The six others who were part of the excursion flew in another plane that landed safely at a larger airport in nearby Columbus instead, Meyerrose said.
The Horans have four daughters, and the Butzens have two sons.
"They leave behind six children who are grieving and hurting over the loss of their parents," family friend Brian Wenning said at a news conference with local investigators.
The plane ended up in a wooded area about 40 miles southeast of Indianapolis. The Federal Aviation Administration said the single-engine Piper had been cleared to approach the airport but never arrived. Someone called the sheriff's department at 6:19 p.m. Sunday saying he believed he had seen a plane crash. The FAA said it had been tracking the plane and lost contact about two miles from the airport.
The plane apparently crashed in a field, then went down a steep hill before stopping in a wooded area.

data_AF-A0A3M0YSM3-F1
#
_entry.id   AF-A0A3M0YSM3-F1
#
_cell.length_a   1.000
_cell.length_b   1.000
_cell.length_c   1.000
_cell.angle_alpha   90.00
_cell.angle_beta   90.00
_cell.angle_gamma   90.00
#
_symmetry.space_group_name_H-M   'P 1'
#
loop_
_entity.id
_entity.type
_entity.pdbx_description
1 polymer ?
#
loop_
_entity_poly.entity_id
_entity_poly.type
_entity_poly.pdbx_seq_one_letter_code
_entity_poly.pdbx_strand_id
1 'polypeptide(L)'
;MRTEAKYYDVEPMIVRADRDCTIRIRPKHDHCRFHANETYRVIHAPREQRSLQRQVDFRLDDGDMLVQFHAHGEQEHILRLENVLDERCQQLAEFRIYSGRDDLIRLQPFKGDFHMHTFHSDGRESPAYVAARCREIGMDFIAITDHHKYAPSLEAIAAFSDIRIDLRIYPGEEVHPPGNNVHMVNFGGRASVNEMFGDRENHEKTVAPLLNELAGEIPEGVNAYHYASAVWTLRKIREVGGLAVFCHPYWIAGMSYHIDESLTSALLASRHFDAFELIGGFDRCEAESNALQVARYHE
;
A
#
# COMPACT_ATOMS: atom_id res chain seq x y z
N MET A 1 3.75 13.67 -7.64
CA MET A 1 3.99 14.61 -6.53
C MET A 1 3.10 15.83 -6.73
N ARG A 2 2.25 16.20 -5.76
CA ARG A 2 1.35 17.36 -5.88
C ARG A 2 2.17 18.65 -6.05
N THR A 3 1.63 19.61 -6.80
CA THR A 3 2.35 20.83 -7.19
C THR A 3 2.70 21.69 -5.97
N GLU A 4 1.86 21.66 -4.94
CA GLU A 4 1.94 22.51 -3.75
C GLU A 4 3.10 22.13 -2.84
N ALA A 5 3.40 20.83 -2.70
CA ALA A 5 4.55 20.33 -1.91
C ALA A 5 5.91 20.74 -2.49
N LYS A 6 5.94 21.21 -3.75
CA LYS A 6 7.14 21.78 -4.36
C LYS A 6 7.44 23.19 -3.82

WTHR-TV reported that Horan was an instrument-rated pilot, so he was allowed to fly in poor weather.
The Greensburg airport's pilot-controlled runway lights are activated by radio but were not on at the time of the crash, Meyerrose said.
The weather hampered the search for the wreckage, which wasn't found for about four hours, Meyerrose said. National Transportation Safety Board investigators were traveling Monday to the scene about 40 miles southeast of Indianapolis.
The Catholic Archdiocese of Indianapolis released a statement from Auxiliary Bishop Christopher Coyne saying the two couples were parishioners at St. Mary Parish in Greensburg.
"In 2010, the Horans were co-chairs of the annual United Catholic Appeal, which raises nearly $5 million each year for ministry needs throughout the archdiocese. They travelled to every corner of the archdiocese to raise funds for ministry needs. Donald also was a member of the board of directors of the Catholic Community Foundation and served as president of the foundation in 2011," the statement said. The foundation oversees 407 endowments with nearly $138 million in assets.
Don Horan is listed the chief executive officer of Greensburg-based Collection Associates Inc., a collection service for the health care industry.
A neighbor told The Indianapolis Star that Horan was community-minded and generous.
"I'd heard he was traveling with his wife. His whole family is great. It's pretty well known he gave a million dollars to help build a new Catholic school down here a few years back." said Paul Walston, 84.